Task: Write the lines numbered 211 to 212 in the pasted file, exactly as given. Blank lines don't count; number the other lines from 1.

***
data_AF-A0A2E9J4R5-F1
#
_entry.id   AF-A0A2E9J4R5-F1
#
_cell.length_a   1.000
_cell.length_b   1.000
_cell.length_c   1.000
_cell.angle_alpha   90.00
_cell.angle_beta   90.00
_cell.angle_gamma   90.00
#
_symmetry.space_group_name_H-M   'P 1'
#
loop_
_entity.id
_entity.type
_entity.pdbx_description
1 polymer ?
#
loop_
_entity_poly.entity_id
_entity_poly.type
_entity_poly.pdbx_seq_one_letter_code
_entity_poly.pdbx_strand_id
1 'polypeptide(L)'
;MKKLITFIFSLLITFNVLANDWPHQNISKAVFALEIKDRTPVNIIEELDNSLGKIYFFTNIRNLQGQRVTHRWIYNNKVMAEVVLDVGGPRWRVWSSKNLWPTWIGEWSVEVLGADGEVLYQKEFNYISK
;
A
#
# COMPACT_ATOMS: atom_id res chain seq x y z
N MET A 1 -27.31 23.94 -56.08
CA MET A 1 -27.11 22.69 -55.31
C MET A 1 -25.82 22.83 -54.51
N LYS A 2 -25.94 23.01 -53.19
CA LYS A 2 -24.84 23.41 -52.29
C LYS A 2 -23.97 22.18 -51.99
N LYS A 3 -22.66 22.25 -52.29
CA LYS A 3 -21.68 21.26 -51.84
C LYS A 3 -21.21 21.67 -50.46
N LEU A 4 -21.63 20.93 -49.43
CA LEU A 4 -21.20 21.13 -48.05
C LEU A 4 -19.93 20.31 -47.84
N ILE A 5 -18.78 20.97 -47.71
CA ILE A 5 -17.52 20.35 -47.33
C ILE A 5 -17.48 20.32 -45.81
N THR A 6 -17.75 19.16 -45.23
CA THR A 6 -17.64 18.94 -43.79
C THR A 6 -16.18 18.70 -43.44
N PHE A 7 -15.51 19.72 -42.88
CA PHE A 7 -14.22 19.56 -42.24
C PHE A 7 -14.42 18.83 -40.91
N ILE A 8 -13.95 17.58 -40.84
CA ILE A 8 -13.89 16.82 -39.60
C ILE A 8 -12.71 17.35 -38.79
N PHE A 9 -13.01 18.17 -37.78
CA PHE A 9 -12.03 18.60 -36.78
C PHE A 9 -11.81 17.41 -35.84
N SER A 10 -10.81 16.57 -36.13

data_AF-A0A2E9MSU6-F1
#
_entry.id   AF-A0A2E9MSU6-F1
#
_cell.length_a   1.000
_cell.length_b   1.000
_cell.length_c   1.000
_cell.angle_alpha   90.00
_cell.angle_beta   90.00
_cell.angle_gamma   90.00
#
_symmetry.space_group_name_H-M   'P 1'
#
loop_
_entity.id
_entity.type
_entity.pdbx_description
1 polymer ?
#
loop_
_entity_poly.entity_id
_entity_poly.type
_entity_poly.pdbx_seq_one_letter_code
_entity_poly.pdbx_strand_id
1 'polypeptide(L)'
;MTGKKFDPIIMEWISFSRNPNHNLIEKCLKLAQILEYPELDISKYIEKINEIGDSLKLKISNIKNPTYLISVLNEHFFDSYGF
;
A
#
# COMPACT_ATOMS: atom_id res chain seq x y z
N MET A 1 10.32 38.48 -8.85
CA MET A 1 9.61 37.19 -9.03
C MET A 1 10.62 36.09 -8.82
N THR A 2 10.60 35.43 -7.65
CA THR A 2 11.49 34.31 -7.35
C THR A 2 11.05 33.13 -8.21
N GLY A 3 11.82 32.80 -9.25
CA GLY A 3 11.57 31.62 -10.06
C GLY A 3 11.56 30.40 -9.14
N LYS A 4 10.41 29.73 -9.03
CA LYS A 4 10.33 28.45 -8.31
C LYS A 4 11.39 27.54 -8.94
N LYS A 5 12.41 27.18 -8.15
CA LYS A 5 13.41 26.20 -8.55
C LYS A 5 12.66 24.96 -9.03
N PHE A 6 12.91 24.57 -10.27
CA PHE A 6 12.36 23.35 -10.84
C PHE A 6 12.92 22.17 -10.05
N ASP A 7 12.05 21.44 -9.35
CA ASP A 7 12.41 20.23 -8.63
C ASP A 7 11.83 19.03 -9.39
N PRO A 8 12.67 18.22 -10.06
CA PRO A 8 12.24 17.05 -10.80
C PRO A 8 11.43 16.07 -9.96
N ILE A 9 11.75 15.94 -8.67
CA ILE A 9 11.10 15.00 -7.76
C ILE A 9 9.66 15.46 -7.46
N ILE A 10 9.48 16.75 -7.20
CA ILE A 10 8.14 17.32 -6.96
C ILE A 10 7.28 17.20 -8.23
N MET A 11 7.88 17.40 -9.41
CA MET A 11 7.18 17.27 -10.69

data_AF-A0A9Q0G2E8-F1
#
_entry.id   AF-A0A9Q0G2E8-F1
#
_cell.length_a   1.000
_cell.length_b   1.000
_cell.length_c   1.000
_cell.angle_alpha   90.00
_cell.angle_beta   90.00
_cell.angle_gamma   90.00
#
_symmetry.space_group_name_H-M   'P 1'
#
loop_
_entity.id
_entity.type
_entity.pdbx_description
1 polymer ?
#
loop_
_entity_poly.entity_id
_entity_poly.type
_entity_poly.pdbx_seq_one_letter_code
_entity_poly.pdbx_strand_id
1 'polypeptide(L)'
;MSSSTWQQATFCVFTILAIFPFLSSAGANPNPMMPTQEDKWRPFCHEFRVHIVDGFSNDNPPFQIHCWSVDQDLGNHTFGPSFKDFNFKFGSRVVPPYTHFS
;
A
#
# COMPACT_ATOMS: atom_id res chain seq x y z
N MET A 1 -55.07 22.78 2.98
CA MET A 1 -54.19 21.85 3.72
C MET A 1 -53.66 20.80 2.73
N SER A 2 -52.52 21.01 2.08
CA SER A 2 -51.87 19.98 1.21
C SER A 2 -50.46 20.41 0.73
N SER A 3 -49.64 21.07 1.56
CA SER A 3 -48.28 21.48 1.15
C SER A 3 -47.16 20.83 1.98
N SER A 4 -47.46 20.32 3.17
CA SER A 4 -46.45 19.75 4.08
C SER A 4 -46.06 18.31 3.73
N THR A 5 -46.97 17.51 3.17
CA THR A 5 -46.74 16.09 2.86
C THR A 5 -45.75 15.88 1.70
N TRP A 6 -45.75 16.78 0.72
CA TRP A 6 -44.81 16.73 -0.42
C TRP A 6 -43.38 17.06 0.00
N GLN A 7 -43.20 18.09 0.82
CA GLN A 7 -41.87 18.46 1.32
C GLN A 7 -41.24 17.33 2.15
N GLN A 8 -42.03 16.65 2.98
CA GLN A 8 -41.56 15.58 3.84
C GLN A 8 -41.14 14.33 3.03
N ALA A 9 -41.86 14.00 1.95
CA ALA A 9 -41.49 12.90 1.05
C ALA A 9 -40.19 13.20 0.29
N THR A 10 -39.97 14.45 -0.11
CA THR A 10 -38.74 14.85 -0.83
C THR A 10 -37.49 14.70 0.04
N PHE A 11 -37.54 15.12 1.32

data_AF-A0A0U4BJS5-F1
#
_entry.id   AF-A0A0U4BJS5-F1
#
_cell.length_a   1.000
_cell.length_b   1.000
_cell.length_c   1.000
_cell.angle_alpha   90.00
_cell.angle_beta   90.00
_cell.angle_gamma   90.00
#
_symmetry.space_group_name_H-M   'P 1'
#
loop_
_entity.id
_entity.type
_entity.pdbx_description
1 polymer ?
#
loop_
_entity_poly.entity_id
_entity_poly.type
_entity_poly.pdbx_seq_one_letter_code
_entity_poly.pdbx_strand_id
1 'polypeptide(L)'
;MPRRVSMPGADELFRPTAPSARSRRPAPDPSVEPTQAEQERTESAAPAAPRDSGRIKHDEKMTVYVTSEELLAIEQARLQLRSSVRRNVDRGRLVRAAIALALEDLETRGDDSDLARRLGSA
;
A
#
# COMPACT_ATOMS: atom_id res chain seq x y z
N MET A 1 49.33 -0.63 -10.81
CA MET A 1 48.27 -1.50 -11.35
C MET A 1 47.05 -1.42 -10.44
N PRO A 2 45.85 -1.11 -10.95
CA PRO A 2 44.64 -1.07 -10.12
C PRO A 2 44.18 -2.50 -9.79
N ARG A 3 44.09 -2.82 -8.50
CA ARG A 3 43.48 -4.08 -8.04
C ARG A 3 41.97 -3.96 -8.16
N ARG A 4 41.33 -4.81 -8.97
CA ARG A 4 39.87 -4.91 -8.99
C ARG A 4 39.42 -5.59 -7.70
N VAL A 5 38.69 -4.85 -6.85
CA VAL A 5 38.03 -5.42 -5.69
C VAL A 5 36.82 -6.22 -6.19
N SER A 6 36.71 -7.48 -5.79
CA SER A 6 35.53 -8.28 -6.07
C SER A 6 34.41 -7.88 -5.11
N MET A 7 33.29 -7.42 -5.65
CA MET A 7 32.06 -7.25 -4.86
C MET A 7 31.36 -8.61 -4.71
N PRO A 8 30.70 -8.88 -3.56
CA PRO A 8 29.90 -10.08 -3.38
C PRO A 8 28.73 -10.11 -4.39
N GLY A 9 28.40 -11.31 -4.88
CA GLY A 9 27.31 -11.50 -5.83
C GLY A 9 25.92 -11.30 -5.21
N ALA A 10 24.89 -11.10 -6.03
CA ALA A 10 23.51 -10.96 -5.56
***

# COMPACT_ATOMS: atom_id res chain seq x y z
N MET A 1 49.33 -0.63 -10.81